Submitted to: Journal of Theoretical and Applied Genetics
Publication Type: Peer Reviewed Journal
Publication Acceptance Date: 6/23/1999
Publication Date: 2/1/2000
Citation: GUSTAFSON, J.P., YANO, M. GENETIC MAPPING OF HYPERVARIABLE MINISATELLITE SEQUENCES IN RICE (ORYZA SATIVA L.). JOURNAL OF THEORETICAL AND APPLIED GENETICS. 2000. V. 100(3-4). P. 447-453. Interpretive Summary: A class of DNA sequences has been long known in humans that are called "DNA fingerprinting" sequences. These sequences have been used for years in human-related cases involving forensics, paternity, and disease mapping. By using pieces of the human sequences, we isolated and characterized a series of similar "DNA fingerprinting" sequences from cultivated rice. This report describes the research designed to ascertain the distribution of these sequences throughout all of the rice genome. If the sequences are to be used for DNA fingerprinting in rice, then it is important to know if they are scattered throughout all of the rice chromosomes. The results indicated that the sequences are located on every rice chromosome. The impact of this research is that rice breeders and geneticists who are fingerprinting rice cultivars in the United States and rice germplasm from around the world will be able to identify genetic differences between morphologically similar cultivars.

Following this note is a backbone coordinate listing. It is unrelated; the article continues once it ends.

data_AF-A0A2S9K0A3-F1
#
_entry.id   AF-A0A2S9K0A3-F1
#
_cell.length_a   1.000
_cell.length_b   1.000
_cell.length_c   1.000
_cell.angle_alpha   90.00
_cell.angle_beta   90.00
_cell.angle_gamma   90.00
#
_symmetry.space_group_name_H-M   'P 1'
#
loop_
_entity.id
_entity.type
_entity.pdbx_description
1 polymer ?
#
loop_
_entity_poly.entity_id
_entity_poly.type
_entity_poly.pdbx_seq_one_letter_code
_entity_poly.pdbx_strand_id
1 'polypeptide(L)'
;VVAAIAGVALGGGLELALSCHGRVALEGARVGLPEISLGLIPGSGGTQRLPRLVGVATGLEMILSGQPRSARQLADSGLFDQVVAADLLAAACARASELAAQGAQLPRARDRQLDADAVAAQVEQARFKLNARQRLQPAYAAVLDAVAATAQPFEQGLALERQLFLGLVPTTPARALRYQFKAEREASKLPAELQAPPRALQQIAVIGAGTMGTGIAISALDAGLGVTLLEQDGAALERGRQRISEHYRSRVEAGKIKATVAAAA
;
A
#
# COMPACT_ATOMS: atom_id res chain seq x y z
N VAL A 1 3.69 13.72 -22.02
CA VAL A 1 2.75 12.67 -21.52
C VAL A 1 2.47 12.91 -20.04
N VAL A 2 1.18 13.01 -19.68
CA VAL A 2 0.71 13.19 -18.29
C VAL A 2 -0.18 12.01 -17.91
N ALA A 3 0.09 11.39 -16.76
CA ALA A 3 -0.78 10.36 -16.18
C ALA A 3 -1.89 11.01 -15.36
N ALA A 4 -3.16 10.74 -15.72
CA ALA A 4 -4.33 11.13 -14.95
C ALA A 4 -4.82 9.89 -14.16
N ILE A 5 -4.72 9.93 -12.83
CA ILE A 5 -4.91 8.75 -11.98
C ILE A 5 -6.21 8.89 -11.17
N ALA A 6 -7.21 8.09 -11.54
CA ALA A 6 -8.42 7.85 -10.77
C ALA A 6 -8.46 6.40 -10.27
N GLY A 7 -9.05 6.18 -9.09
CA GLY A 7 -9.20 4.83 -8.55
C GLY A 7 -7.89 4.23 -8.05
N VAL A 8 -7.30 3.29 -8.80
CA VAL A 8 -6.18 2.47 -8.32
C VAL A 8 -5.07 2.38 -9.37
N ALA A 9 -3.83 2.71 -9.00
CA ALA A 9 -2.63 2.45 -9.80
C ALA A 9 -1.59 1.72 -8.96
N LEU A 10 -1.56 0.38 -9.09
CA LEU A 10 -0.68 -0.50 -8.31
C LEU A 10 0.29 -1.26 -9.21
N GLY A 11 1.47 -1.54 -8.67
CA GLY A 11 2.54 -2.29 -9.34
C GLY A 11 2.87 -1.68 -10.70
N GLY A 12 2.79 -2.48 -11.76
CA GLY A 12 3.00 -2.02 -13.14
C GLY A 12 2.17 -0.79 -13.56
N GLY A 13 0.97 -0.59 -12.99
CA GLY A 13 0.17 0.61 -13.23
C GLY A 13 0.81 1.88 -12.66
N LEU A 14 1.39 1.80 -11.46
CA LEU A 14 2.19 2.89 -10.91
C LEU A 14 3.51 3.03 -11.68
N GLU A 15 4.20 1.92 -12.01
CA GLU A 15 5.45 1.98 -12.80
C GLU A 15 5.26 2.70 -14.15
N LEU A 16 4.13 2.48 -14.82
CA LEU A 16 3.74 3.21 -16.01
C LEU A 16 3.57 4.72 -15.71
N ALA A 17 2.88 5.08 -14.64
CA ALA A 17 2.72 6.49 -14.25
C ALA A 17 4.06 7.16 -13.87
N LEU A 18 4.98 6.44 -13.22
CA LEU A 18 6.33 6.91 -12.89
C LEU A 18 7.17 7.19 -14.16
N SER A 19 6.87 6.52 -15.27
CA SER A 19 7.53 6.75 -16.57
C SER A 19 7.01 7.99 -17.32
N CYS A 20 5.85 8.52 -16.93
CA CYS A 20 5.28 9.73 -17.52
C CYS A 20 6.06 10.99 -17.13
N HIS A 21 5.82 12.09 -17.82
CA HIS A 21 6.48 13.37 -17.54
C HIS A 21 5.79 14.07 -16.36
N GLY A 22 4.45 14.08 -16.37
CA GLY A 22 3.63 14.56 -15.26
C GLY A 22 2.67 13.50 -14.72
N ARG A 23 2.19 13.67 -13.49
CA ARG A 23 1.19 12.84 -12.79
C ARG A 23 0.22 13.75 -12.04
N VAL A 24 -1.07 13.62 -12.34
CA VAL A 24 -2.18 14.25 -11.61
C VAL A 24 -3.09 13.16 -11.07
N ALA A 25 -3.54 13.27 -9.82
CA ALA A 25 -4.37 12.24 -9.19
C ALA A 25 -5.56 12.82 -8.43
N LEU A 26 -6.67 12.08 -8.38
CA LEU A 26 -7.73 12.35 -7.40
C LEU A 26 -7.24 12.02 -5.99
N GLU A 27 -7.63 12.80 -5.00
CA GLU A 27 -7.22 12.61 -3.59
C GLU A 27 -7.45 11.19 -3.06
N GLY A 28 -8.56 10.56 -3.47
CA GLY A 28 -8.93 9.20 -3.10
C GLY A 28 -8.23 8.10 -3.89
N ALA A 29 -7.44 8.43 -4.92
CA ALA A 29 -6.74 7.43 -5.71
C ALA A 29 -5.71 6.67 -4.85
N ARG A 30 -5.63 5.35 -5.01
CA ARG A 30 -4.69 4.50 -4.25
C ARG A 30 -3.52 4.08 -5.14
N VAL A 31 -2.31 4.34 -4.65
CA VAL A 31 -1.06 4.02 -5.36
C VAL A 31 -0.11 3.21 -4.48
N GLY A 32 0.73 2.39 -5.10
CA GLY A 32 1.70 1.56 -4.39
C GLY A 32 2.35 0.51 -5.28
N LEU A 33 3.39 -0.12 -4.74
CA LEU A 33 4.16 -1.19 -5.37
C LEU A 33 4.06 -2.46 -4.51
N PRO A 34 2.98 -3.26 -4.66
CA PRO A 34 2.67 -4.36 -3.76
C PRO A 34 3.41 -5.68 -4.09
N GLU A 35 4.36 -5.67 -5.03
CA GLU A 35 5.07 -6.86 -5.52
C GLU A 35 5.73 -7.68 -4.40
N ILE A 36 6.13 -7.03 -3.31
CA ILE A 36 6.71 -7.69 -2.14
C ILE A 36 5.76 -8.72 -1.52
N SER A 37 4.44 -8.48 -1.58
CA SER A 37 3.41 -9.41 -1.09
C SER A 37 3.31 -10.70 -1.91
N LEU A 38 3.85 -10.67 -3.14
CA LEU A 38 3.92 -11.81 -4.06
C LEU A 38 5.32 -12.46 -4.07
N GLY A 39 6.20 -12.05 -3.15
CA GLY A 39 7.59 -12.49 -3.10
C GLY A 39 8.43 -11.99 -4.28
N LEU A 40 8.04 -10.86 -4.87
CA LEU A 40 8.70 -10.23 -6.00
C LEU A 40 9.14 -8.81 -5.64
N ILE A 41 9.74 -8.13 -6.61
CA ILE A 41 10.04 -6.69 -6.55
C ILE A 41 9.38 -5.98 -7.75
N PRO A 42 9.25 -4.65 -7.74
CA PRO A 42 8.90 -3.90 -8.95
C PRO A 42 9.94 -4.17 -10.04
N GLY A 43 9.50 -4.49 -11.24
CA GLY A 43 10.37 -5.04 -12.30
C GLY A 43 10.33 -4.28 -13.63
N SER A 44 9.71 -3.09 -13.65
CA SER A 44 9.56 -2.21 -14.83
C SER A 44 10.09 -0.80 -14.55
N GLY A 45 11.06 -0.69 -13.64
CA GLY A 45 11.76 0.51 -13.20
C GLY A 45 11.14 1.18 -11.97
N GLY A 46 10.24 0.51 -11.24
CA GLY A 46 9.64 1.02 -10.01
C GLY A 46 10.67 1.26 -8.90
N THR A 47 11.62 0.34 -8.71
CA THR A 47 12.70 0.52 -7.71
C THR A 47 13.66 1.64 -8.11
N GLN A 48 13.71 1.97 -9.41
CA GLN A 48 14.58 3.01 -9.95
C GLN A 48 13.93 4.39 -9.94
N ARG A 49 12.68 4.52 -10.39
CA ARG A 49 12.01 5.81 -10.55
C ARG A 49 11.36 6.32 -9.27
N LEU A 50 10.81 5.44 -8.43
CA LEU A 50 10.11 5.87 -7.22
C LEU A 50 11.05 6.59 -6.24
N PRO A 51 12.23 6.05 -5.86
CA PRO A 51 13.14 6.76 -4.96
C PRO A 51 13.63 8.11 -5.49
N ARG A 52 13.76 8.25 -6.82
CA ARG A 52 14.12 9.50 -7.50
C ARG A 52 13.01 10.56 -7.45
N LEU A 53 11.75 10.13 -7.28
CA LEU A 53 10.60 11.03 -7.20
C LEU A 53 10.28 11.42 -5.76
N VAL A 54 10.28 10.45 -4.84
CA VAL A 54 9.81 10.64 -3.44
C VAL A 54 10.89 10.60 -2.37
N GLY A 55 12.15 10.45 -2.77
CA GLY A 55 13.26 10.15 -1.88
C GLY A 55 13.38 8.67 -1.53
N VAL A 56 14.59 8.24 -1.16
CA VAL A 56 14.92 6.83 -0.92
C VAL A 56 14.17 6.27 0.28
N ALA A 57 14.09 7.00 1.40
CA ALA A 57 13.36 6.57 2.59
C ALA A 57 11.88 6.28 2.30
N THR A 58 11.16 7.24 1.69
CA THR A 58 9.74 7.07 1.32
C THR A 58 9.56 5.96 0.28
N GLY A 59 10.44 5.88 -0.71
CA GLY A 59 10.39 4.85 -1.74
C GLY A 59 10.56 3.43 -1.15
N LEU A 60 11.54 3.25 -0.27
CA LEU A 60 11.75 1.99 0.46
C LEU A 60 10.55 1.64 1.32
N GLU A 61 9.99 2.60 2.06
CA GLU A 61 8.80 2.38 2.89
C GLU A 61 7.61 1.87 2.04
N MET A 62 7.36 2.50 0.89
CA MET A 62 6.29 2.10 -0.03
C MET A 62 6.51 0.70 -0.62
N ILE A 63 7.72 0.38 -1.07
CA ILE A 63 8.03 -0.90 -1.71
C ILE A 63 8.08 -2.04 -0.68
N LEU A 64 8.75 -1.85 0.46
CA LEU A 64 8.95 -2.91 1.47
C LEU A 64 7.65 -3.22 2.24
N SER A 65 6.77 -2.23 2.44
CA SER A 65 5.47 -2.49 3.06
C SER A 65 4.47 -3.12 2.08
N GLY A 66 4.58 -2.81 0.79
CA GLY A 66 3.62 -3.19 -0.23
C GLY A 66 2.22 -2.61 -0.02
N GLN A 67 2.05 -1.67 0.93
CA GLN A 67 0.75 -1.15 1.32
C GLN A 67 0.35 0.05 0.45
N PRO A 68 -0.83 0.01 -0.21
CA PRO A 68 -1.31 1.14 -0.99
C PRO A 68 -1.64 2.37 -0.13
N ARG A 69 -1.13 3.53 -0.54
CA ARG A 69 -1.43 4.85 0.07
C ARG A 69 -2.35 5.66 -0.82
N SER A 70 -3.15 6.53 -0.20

Technical Abstract: Minisatellites have been utilized in animal linkage studies for several years. Minisatellites, or DNA fingerprinting sequences, have not generally been used as markers for plant genome mapping. In animal genome mapping, they have resulted in some success because they are evenly dispersed in some species, but are often clustered near telomeric regions of human chromosomes. The purpose of the present study was to generate DNA fingerprints, utilizing several minisatellites containing different core sequences and numbers of repeat units, followed by assessing their potential for use as genetic markers when mapped to a rice recombinant inbred line (RIL) population. Sites of segregating minisatellite loci were mapped onto 11 of the 12 rice RIL linkage maps. The implications for the use of rice minisatellite core sequences as genetic markers on linkage maps in rice are discussed.